Not every municipal race was settled last week in Miami-Dade County. On Nov. 19, runoff elections will be held in Miami Beach and Miami’s District 5 to determine who’ll sit on the commission dais in each city.
In the city of Miami, the candidate whom the Editorial Board recommended in the general election, Jacqui Colyer, didn’t win, and she now is backing runoff candidate Richard Dunn II.
However, our nod goes to Keon Hardemon. He is untested in elected office but seems to have the ability to balance the differing interests of the newly reconfigured District 5. The district is the poorest in Miami. Because of redistricting, however, it now encompasses more affluent areas of the city’s Upper Eastside, too.
Mr. Hardemon, 30, is an attorney with the Miami-Dade public defender’s office. Given that his mom is a police officer, he says, he understands the need for well-trained, proactive officers who will keep neighborhoods safe and houses unburgled, while being respectful toward residents. He says that Police Chief Manuel Orosa is taking the department, recently under federal scrutiny for a series of deadly shootings, in the right direction.
Mr. Hardemon says that attracting business investment will be his priority throughout the district. Such investment is especially vital in the westernmost areas of the district where residents too often have to leave the neighborhood to buy groceries, clothing and hardware needs at affordable prices. He wants to engage the Beacon Council in his quest.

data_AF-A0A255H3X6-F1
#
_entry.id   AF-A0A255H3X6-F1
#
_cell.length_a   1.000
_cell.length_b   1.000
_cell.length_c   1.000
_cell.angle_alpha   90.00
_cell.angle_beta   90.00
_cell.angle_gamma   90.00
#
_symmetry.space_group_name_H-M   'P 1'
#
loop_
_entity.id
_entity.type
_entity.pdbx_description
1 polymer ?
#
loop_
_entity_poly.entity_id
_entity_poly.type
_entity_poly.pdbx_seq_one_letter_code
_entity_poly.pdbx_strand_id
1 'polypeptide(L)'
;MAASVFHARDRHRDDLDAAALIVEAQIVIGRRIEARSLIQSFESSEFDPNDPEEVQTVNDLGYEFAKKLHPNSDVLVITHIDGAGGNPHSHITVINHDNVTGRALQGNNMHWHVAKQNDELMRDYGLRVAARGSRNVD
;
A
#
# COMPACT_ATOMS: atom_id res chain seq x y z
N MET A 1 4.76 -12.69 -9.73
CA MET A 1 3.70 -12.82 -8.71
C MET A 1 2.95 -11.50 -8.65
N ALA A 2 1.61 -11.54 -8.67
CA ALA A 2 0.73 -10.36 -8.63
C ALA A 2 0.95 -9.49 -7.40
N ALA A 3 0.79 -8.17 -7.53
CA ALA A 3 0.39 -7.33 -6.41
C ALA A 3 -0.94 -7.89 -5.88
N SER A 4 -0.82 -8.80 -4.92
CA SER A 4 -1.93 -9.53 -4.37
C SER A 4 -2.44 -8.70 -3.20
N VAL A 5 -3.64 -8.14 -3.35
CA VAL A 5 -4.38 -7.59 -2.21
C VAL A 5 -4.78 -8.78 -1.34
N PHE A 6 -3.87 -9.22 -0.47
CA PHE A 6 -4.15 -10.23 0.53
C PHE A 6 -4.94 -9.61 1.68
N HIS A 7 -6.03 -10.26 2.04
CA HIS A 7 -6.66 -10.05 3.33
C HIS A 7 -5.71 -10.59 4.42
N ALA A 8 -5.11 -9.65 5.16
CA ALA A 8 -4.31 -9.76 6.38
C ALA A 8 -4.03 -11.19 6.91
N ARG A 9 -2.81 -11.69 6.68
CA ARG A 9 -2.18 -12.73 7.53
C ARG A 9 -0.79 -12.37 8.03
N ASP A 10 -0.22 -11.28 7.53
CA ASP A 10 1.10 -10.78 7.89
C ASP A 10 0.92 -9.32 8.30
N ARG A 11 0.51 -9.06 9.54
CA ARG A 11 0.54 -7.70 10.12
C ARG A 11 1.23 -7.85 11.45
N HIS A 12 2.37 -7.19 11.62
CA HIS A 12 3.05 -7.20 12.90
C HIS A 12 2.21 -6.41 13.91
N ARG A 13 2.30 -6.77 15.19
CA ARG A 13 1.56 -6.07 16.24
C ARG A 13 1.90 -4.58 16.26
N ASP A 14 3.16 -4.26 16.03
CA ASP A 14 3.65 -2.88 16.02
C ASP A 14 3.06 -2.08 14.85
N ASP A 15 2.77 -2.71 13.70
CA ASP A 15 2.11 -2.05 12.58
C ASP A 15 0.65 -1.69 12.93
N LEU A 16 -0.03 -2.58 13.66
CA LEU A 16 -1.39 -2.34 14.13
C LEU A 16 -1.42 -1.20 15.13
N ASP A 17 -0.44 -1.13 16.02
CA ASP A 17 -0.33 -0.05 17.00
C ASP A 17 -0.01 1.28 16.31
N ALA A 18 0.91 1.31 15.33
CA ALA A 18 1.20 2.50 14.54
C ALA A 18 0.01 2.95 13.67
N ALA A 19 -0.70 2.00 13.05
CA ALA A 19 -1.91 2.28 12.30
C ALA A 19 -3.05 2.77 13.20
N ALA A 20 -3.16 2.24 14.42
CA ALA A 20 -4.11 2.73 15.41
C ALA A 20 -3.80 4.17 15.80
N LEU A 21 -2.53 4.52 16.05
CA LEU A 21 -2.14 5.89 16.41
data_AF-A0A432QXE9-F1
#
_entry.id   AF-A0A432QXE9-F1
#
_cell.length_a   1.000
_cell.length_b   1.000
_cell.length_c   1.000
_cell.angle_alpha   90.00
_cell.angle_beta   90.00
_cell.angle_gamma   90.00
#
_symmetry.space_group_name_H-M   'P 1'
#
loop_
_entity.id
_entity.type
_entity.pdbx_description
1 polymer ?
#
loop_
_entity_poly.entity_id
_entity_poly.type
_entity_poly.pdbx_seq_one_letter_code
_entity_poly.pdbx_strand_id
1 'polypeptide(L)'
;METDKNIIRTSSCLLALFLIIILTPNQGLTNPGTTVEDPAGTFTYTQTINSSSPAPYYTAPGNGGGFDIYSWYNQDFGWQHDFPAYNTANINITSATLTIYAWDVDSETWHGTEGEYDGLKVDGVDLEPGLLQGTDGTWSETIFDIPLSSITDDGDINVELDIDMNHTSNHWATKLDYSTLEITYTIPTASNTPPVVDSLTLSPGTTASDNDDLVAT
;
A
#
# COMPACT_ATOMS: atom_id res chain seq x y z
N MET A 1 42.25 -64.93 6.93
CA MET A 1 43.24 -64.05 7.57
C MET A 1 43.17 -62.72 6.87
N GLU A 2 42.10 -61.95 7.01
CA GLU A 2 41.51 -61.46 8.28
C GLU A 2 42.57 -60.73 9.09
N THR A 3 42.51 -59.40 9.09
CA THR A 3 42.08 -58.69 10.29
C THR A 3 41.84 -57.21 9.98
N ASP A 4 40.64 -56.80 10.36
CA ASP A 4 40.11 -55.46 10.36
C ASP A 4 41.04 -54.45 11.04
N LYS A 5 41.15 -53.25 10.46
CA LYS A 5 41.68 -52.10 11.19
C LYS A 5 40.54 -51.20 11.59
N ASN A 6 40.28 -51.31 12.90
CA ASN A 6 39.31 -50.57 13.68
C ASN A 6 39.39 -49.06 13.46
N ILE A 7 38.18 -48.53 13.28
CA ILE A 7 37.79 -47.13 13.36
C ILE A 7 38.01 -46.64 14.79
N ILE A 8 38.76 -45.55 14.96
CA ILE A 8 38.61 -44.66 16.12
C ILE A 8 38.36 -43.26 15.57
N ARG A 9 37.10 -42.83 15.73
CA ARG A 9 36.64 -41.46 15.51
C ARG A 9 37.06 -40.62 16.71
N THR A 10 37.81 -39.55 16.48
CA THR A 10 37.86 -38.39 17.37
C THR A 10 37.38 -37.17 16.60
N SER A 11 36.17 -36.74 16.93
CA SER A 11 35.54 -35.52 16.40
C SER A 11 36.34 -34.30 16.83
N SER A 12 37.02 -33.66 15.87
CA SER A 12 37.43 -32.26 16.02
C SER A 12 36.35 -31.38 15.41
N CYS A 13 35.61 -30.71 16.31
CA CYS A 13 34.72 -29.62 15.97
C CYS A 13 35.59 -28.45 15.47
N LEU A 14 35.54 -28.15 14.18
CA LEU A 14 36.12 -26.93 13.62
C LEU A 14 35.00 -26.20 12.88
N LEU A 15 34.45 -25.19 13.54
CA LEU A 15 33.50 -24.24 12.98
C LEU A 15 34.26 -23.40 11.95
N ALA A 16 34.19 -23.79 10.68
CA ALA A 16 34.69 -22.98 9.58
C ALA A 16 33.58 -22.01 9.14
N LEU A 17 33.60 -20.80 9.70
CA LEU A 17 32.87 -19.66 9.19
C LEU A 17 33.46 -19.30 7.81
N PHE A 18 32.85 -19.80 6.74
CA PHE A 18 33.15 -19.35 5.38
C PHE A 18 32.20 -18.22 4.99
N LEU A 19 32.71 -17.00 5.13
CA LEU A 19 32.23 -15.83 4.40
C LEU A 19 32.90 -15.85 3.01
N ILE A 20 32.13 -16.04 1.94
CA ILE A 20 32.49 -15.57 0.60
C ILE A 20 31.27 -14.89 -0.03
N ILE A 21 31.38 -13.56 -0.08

Last year, Mr. Hardemon challenged County Commissioner Audrey Edmonson, losing to the incumbent in a runoff. He has shown a heartening measure of growth since that time.
For the Miami Commission’s District 5 seat, the Herald recommends KEON HARDEMON.
Micky Steinberg faces Elsa Urquiza for this open seat. Ms. Steinberg is a member of the city’s Visitor and Convention Authority. She can be an asset on the commission as the city works to unstick its balky process of expanding the convention center. She supports the job that the city manager is doing, but would like an independent audit of the police department. In Group 1, the Herald recommends MICKY STEINBERG.
Voters can confidently return incumbent Jorge Exposito to this seat. He faces attorney Michael Grieco. Mr. Exposito helped negotiate pension reforms that will save the city $145 million in unfunded liability over 30 years. He chairs a working group on noise reduction and is working to introduce a parking app that should help ease traffic congestion. In Group 2, the Herald recommends JORGE EXPOSITO.
Mayor Matti Herrera Bower, term-limited, wants this commission seat. So does opponent Joy Malakoff. During her tenure, Ms. Bower got the long-stalled convention center project off the dime. She led the city to its highest bond rating ever. Given her focus on quality of life and education, she has earned residents’ votes. In Group 3, the Herald recommends MATTI HERRERA BOWER.